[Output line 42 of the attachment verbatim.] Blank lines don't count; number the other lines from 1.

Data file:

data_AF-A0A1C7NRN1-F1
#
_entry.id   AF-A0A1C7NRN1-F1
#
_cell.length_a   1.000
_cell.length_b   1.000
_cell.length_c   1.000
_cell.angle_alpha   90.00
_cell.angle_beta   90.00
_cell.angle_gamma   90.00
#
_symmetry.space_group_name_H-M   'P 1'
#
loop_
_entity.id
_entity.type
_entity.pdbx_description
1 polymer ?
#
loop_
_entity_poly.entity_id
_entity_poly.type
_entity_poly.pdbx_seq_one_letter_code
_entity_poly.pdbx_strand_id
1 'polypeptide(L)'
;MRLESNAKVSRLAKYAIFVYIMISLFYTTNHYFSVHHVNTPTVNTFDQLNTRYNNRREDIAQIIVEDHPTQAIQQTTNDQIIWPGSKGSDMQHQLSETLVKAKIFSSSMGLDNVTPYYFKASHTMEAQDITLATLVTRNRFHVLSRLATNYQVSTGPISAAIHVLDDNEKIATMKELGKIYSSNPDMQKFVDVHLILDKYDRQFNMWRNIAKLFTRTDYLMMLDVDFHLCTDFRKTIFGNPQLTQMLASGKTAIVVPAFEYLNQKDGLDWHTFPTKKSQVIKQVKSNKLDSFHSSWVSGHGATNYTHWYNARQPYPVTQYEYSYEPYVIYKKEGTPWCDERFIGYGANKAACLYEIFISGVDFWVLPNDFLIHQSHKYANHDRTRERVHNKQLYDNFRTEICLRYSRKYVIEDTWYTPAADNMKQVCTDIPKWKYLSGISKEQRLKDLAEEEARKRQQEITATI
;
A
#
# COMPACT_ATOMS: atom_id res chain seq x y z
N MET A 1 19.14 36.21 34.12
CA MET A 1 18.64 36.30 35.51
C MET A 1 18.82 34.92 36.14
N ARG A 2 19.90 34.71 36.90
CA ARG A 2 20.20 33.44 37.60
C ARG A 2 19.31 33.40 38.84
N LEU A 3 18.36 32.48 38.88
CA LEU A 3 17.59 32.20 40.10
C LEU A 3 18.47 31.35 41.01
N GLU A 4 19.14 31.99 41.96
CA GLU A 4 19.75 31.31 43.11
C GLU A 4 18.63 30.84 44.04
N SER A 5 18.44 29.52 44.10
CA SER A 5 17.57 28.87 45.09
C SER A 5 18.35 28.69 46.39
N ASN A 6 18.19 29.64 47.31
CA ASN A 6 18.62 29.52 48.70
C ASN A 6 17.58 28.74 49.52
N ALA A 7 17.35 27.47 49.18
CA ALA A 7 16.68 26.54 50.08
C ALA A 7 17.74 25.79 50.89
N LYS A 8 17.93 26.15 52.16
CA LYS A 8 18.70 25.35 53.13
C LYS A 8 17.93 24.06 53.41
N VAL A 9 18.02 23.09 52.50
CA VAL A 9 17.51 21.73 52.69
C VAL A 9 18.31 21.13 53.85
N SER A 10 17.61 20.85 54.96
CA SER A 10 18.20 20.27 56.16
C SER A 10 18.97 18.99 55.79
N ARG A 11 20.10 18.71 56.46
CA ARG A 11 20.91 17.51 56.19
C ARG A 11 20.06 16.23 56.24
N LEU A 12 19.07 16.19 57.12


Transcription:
C GLU A 4 18.63 30.84 44.04